Making Waves on the Waterways of Europe


A tour of Europe with a twist: on it’s rivers and canals.

Pam Brophy, via Wikimedia Commons



The thought of a European river cruise tour never really crossed my mind before, but it looks like an incredible way to see Europe from a different perspective. The first image that came to mind of a boat tour was of old, narrow boats and cramped quarters but it’s actually far from the truth. Most tours have luxurious boats that are more like floating hotels than boats. With some even offering silver service! That’s a bit out of my league, but there are plenty of options when it comes to touring around on the waterways of Europe.

Exploring the waterways of Europe are a super way to experience countries and catch a spot of relaxation at the same time. The slow pace of cruising is perfect for families, large groups or anyone looking for a more slow paced way of traveling.

The majority of tour companies seem to offer the all in one solution, even sometimes including flights. Usually, food is included and perhaps some drinks. Then there’s also the DIY option where you just rent a boat for around 6 people and you crew it yourself. As with most things, there’s options for everyone and everyone in-between.


Here’s a few top destinations in Europe perfect for a boat cruise :




A trip down the Danube is a highlight of any trip to Germany. The Danube has it’s source in the Black Forest, west of Munich. It flows through Germany into Austria and further into Hungary, Slovakia, Romania before joining the Black Sea. It takes in no less than 4 capital cities.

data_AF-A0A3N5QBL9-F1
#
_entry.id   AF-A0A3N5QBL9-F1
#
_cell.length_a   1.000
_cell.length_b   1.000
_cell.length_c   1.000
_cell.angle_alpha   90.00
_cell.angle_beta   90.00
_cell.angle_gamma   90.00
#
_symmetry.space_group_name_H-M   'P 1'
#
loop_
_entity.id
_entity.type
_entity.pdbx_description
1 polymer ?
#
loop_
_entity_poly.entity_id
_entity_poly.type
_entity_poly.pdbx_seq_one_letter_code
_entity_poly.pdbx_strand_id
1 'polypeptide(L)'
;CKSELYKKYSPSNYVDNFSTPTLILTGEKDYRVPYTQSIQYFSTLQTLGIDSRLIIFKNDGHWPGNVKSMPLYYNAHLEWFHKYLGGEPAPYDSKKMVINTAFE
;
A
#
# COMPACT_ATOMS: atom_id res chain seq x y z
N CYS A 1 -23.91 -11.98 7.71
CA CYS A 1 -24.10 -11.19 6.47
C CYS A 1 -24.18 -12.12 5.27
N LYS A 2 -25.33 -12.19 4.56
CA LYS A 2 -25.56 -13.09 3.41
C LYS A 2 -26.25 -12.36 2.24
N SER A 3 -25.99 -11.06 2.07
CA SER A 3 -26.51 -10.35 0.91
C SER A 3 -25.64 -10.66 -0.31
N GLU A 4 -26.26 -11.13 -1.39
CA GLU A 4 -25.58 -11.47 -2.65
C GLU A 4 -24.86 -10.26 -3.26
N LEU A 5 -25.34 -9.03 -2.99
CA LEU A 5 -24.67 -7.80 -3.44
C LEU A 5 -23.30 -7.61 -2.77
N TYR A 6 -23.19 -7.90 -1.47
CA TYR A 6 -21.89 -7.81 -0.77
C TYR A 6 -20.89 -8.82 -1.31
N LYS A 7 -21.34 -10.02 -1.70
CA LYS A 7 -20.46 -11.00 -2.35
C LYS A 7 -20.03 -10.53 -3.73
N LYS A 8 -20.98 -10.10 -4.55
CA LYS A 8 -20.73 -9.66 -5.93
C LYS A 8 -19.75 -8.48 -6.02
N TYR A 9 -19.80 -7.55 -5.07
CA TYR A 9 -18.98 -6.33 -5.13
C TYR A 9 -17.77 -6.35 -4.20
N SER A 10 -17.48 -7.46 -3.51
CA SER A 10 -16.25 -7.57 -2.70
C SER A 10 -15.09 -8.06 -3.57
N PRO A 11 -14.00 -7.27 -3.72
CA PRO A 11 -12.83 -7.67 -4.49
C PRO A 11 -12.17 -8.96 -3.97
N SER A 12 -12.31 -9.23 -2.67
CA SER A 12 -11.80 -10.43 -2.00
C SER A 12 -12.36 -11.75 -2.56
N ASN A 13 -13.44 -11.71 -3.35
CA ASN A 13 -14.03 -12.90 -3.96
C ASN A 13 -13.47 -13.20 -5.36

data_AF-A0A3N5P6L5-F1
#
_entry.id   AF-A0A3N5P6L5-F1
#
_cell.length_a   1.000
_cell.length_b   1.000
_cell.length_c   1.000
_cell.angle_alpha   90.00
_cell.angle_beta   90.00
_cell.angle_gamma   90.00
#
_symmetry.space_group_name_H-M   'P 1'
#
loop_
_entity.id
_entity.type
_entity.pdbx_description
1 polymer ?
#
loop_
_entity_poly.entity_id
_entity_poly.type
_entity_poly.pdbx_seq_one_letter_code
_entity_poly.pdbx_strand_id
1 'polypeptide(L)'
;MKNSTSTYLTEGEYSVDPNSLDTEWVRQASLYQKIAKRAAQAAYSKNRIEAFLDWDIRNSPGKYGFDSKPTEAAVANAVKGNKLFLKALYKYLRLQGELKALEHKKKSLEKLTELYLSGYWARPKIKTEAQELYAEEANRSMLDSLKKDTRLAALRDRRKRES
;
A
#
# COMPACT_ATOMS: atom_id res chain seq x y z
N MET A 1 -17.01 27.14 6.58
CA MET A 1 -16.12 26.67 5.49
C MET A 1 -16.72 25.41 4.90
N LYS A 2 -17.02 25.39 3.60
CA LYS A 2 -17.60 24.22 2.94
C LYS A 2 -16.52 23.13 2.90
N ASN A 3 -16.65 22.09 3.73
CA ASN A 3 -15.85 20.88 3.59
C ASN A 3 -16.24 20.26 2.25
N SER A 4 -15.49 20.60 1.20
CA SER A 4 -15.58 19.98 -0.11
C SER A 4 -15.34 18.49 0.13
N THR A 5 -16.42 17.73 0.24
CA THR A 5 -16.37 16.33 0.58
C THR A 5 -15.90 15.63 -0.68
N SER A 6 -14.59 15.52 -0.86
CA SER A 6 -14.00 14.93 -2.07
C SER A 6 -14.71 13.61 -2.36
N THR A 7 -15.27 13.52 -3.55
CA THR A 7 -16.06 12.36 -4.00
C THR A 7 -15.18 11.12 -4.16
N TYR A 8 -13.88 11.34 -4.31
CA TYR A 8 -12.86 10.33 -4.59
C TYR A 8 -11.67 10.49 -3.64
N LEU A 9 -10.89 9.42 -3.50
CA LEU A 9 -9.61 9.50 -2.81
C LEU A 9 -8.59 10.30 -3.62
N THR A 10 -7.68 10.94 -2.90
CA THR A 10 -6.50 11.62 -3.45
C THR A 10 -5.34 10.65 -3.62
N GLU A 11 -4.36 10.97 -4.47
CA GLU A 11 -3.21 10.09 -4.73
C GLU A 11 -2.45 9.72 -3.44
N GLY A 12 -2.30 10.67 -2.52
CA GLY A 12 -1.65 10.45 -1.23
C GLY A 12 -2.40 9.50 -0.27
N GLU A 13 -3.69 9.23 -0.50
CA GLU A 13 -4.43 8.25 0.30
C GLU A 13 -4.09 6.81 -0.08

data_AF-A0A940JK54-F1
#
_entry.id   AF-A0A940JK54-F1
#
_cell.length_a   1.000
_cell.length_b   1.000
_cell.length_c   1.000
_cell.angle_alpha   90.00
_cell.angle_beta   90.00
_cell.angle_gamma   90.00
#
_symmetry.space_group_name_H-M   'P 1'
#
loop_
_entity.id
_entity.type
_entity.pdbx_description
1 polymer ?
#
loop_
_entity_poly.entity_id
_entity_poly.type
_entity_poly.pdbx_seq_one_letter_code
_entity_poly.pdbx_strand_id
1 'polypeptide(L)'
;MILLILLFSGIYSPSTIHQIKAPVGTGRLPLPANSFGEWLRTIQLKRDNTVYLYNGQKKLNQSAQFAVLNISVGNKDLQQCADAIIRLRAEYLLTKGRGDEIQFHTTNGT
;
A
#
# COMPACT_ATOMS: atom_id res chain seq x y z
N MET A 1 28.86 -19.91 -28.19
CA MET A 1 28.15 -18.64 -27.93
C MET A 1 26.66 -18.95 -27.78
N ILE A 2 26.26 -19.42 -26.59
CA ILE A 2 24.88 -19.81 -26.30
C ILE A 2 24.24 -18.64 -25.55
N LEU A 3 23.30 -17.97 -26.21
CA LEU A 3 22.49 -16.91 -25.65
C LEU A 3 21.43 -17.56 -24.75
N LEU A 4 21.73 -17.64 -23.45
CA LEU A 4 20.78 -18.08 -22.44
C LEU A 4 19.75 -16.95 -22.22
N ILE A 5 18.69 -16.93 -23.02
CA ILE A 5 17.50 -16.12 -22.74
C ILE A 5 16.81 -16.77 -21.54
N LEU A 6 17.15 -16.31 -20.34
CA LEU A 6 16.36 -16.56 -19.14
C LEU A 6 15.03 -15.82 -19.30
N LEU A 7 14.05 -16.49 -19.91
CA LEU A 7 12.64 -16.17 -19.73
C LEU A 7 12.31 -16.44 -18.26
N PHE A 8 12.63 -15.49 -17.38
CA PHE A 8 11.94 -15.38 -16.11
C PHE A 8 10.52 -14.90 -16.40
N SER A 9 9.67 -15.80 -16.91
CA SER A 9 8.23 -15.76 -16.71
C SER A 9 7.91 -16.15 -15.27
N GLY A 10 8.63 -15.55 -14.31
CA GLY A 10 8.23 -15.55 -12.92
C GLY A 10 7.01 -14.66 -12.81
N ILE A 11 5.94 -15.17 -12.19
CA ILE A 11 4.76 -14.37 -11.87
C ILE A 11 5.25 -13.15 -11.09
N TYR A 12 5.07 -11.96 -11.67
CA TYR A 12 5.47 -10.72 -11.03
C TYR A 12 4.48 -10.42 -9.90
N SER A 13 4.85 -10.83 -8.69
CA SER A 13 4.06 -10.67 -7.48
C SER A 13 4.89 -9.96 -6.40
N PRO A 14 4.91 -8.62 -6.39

The longest river in the EU makes for one of the great European cruises. A 14 day trip from Budapest to Bavaria in Western Germany, taking in Budapest, Bratislava, Vienna and the smaller towns along the way, is an incredible experience.


By Hgmichna, via Wikimedia Commons


By High Contrast, via Wikimedia Commons


The Netherlands


Probably the country most famous for it’s waterways, the Netherlands has an abundance of canals and waterways to explore. I’d have to say, exploring the rivers through the Netherlands countryside looks like heaven. You will pass through quaint villages, gorgeous landscapes and into stunning cities.

Not to mention, the city famous for it’s canals, Amsterdam is a fantastic stop. check out the Rjiksmuseum – one of the best art museums in the world. A trip to Anne Franks house is also a recommended afternoon.

By Steve Collis, via Wikimedia Commons



The river Danube also flows through Vienna, a beautiful city full of old architecture and character. The top visits here are the Schonbrunn palace, the Vienna Opera house where if you’re lucky enough to get a ticket, you can experience world class classical music in an incredible setting.

By Hans Peter Schaefer, via Wikimedia Commons



Budapest is fast becoming one of Europe’s most popular tourist destinations. Benefiting from cheap flights courtesy of Ryanair, it’s never been easier to visit Eastern Europe. Take a walk up to Buda Castle for a great view over the city. Better yet, do a walking tour of the castle hill district to learn more about the history of the castle and surrounding area. Definitely try out a thermal bath, one of Budapests treasures. It is one of the only cities in the world with an abundance of thermal springs underneath.

By Lepeltier.ludovic, via Wikimedia Commons


Whichever route or country you take, if you’re looking for a relaxing break, a boat cruise around Europe will be right up your street.

Have you been on a cruise on the waterways of Europe? Share your comments below!


Enda Glacken is a native of Ireland who loves writing on all topics relating to Ireland, particularly history and folk tales. When he is not busy running The Celtic Jeweller he can be found exploring around Ireland or on a football (soccer!) pitch somewhere.

One response to “Making Waves on the Waterways of Europe

  1. Hey Enda, very nice article dude on the canals of Europe………..these places are so beautiful that if once I go there I’ll never return back to my country.

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